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Editor’s note: Today marks the debut of a WND “double feature,” as news editor Drew Zahn examines the messages and merit of popular movies in the “Popcorn and a (world)view” column, which reviews new releases, and the “Still in theaters” column, which does the same for slightly older films you can still catch at most first-run cinemas.

Ever since Adam said, “The woman you put here gave me the fruit!” and Cain asked, “Am I my brother’s keeper?” human nature has tried to push responsibility for our actions onto others.

But what happens when a culture becomes so defined by this one character flaw that it squelches any glimpse of individual duty or self-sacrifice? When a whole civilization can be characterized by its one common mantra: “Hey, it’s not my job”?

This anti-utopian vision of human depravity is exactly the picture painted of New York City by the makers of “The Taking of Pelham 123,” a subway hijacking thriller whose psychotic “bad guy” asks the residents of the Big Apple, “Are any of you heroes? I thought not.”

Like Abraham appealing to God to save Sodom if any righteous man could be found there, the character Ryder (played by John Travolta) is desperately looking for one man, any man, who will take responsibility to act on behalf of the unlucky few he has taken hostage in a subway car beneath Manhattan’s streets.

What makes “Pelham” so compelling, however, is how easily we can relate to the characters who answer, “Not me, man.”

Viewers will need to suspend, for a moment, the fact that the hijacker is the villain – just long enough to recognize that in Ryder’s evil face we see a mirror, daring us to ask of ourselves, “If you were in the biblical story, would you be the Good Samaritan? Really? Or would you just walk by and pray someone helps that guy?”

From a mayor looking to retire to the Caribbean, to a cop looking to get off his shift in 10 minutes, to a soldier looking to forget the sacrifices of the past, one by one, the characters of “Pelham” look a lot like us and not a lot like the Good Samaritan.

Ryder’s challenge reaches a climax when he offers the mayor (played by James Gandolfini) a messianic deal: Trade your life for the 19 hostages in the tunnel. Will he do it? Would you? Ryder knows the answer, but it infuriates him nonetheless.

“Who’s responsible for who lives and who dies in New York City?” Ryder cries.

He asserts the answer isn’t one man’s problem, but the whole city’s problem, for the film’s New York has become a culture of selfishness.

Ryder’s barbs of conviction even tear down our usual defenses, reciting a scriptural premise that is often espoused, but not often believed:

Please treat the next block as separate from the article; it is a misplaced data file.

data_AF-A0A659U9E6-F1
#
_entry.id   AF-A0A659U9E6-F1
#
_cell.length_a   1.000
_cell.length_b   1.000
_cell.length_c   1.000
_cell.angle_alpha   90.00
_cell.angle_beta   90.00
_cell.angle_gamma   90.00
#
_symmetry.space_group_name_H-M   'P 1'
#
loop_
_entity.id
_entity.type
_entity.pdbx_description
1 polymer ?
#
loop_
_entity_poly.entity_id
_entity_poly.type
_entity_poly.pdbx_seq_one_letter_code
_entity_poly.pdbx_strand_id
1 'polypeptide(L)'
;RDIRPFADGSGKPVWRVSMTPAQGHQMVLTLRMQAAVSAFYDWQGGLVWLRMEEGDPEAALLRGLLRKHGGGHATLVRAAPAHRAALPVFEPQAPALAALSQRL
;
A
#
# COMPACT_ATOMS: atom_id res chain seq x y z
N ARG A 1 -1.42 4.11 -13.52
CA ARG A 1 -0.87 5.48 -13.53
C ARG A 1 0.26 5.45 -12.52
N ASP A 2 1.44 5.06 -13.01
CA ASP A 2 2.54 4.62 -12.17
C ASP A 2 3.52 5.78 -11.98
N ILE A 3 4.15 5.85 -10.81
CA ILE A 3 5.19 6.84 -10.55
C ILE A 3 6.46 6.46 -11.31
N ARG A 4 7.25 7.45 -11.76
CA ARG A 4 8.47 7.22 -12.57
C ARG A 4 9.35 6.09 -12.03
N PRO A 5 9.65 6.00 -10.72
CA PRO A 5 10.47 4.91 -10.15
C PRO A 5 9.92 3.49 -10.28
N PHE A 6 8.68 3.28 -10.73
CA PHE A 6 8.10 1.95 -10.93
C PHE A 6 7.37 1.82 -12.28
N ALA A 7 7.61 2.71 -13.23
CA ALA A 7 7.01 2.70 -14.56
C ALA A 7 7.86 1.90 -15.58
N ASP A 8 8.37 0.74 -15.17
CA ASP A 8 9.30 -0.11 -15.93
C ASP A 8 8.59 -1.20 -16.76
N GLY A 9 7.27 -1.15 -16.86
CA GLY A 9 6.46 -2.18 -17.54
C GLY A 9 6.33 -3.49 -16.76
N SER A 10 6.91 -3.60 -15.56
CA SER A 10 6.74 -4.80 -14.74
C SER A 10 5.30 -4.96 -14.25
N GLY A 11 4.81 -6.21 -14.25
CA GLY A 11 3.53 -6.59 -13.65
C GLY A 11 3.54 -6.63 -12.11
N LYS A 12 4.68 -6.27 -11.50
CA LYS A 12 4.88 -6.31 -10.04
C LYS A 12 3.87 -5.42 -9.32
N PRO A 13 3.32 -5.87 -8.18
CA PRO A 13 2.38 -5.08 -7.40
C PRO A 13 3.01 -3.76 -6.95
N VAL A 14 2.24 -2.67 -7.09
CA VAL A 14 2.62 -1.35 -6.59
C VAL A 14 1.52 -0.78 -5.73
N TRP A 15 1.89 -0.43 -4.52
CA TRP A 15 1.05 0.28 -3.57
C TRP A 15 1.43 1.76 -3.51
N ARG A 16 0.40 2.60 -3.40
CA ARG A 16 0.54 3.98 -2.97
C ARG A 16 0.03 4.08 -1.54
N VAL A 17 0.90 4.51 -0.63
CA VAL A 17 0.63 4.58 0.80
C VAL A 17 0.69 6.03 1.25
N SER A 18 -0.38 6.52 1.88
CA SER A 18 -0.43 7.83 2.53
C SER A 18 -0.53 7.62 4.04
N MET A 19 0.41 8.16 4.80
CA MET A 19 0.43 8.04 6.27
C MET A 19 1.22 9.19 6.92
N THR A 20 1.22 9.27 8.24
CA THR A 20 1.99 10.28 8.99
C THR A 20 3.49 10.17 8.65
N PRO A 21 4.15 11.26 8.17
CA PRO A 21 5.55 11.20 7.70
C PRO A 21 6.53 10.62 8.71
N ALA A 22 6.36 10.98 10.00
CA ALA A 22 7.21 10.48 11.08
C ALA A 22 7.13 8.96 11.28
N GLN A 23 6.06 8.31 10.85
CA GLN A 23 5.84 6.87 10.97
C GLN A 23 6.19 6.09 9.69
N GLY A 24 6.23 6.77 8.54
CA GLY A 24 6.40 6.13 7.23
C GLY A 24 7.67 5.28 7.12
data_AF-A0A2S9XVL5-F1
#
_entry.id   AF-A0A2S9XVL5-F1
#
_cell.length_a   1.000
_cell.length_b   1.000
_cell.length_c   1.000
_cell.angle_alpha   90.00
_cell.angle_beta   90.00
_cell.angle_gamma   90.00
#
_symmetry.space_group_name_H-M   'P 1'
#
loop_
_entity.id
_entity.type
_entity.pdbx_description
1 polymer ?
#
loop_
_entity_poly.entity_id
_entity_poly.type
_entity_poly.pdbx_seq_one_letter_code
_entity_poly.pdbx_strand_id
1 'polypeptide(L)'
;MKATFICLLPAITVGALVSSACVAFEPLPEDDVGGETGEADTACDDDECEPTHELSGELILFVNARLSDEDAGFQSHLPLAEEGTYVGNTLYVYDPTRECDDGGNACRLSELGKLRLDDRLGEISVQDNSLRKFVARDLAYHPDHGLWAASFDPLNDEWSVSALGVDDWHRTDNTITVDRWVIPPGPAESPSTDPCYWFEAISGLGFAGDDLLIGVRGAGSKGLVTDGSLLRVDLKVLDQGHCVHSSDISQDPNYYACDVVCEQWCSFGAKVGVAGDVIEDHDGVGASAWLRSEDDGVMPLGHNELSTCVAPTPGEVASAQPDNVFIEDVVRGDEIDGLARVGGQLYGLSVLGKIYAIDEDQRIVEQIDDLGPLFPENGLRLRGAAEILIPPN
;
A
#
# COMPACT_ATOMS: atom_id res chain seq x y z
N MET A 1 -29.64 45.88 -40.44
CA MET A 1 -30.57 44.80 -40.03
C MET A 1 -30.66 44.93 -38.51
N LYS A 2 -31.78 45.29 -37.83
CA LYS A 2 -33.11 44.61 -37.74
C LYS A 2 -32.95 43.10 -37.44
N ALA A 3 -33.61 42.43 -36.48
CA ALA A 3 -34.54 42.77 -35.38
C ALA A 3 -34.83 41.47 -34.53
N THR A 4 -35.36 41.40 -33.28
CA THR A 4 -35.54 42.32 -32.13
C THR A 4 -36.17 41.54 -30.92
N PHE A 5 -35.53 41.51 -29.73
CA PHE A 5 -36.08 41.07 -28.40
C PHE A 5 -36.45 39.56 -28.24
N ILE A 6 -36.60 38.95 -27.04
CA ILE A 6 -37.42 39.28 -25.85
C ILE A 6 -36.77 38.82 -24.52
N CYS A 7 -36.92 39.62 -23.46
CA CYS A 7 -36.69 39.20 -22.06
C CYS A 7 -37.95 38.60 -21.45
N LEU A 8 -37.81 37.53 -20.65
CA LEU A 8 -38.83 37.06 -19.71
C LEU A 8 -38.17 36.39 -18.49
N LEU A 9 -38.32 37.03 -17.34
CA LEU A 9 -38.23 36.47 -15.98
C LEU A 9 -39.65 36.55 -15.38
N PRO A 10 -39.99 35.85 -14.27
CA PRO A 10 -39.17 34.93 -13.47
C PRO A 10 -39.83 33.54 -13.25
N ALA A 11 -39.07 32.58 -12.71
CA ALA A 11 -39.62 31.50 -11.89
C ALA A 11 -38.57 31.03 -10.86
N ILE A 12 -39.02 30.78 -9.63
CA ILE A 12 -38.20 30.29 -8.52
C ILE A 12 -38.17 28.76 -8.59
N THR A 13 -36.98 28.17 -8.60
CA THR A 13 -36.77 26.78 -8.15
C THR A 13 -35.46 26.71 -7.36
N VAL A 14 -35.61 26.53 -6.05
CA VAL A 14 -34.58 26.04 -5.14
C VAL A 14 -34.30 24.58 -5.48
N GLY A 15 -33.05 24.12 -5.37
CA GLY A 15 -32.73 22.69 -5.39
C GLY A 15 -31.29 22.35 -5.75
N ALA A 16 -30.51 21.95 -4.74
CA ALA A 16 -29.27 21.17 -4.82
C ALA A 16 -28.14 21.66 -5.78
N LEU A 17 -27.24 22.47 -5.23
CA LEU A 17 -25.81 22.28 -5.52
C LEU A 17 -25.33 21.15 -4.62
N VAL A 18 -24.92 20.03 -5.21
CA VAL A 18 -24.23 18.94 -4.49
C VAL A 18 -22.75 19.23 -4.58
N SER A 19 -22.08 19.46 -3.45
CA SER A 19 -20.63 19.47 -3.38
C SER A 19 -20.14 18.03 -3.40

When city rail employee Walter Garber (played by Denzel Washington), pleads with Ryder for the lives of the “innocent” subway passengers, Ryder affronts us all with Romans 3:23, shouting, “No one is innocent!”

And indeed, none of us are innocent of the charges that Ryder presents – selfishness, carelessness, dodging of responsibility – but that doesn’t mean there aren’t heroes among us.

As Ryder sees his beliefs about human depravity in the city of selfishness confirmed again and again, he is pleasantly startled by Garber, a common man taking an uncommon stand to do what’s right, even at tremendous personal cost.

Garber, however, is no sinless messiah. He is stained, a man with a bribery scandal hanging over his head, a man who tries, like many others, to shift the responsibility to someone else, but when lives are on the line, Garber takes the job (c’mon, it’s Denzel Washington; you knew he’d play the hero, right?).

Garber’s flawed humanity stands as an echo to Ryder’s twisted morality play. There are no perfect heroes in this melodrama, there are only real people being presented with real opportunities to take responsibility for themselves and others. And in the face of real evil, will we find enough heroes among the fallen and flawed to confront it?

In the end, “The Taking of Pelham 123″ is a film that offers a brutal, gritty and vivid picture of the truth behind the cliché: “All it takes for evil to prosper is for good men to do nothing.”

Content advisory

  • “Pelham 123″ is swamped in excessive, pointless profanity that nearly drowns any meaningful dialogue in a flood of “f” words. It’s unfortunate that the filmmakers didn’t recognize the overkill, for the cheapening of the English language through a constant stream of cussing not only detracts from the quality of the movie, but also renders “Pelham” unwatchable for many audiences.
  • The film has some suggestive sexuality in it, but no outright nudity or sex.
  • As may be expected in a film of this genre, there is violence, blood and gore.
  • The film touches on several religious themes, including the inherent sinfulness of all mankind, the Catholic doctrine of original sin, the question of fate vs. luck, the question of self-redemption, and an intriguing repeated statement by Ryder that “we all owe God a death,” which can coincide with biblical teachings, though Ryder’s application is suspect.

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